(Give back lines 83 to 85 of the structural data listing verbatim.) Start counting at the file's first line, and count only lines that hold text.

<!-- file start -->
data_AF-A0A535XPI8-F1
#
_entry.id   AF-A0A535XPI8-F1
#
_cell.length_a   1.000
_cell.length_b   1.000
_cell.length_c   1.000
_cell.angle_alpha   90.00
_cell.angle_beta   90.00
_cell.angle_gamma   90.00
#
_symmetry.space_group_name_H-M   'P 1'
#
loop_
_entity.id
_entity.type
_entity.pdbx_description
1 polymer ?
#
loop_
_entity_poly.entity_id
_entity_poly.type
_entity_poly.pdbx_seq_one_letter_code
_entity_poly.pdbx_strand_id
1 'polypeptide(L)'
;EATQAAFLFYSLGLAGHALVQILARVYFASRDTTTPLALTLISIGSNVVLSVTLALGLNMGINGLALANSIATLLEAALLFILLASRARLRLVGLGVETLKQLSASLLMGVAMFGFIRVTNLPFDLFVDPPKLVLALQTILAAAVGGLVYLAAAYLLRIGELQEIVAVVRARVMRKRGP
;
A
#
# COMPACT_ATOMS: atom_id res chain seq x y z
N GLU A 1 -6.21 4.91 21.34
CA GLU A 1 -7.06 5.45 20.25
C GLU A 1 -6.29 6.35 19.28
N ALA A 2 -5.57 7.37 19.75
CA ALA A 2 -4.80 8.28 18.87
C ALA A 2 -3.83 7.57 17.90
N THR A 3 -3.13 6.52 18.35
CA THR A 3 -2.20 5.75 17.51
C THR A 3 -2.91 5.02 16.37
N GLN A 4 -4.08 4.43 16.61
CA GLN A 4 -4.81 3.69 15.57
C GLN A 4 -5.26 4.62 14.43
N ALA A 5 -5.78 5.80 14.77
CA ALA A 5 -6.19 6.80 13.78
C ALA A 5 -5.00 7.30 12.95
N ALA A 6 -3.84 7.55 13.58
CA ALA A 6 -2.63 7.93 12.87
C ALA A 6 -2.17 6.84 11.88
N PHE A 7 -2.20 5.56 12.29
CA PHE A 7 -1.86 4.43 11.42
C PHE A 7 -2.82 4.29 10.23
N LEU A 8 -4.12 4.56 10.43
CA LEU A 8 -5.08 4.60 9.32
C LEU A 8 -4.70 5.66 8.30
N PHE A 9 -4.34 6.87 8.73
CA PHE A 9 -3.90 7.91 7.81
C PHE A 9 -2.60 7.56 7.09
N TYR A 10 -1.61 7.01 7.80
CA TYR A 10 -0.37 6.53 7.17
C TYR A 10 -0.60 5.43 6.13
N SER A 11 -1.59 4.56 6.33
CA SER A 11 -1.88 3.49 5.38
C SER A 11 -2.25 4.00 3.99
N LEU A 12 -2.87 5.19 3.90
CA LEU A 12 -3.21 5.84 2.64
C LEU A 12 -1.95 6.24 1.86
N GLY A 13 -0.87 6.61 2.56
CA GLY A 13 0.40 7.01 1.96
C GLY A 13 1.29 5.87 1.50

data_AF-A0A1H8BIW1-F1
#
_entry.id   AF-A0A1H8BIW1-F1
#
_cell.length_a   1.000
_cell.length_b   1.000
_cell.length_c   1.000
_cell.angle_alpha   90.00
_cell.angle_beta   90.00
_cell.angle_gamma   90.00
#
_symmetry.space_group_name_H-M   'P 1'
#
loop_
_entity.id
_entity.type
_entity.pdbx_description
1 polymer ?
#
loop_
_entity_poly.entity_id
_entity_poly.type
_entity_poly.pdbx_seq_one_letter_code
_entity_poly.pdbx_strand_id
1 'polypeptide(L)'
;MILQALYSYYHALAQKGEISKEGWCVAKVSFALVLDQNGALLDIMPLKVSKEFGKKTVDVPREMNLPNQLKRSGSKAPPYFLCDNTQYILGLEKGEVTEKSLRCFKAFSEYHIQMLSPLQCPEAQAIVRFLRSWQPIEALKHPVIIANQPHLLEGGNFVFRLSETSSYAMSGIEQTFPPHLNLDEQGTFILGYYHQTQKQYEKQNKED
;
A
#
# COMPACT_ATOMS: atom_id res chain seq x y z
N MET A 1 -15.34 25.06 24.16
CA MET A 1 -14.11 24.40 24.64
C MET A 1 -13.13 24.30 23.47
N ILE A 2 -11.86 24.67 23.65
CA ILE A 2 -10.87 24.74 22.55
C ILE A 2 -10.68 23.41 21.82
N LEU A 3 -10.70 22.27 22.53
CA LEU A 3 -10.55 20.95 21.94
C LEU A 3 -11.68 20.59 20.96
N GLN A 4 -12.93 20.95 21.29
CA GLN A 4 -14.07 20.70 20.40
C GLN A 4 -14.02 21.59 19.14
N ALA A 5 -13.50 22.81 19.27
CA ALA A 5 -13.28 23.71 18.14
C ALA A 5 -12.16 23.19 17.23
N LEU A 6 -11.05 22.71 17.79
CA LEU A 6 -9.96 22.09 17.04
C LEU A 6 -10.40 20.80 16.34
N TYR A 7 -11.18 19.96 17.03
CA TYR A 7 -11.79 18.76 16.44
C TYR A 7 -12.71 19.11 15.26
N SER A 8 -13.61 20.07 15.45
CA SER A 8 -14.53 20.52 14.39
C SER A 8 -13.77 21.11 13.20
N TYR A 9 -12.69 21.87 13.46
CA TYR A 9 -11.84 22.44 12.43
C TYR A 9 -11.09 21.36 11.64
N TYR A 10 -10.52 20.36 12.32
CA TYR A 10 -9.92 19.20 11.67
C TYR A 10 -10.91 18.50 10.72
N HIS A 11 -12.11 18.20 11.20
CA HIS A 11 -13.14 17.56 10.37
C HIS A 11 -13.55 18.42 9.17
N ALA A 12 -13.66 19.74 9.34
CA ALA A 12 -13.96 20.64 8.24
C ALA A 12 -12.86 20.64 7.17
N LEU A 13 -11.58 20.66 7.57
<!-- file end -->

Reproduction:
loop_
_entity.id
_entity.type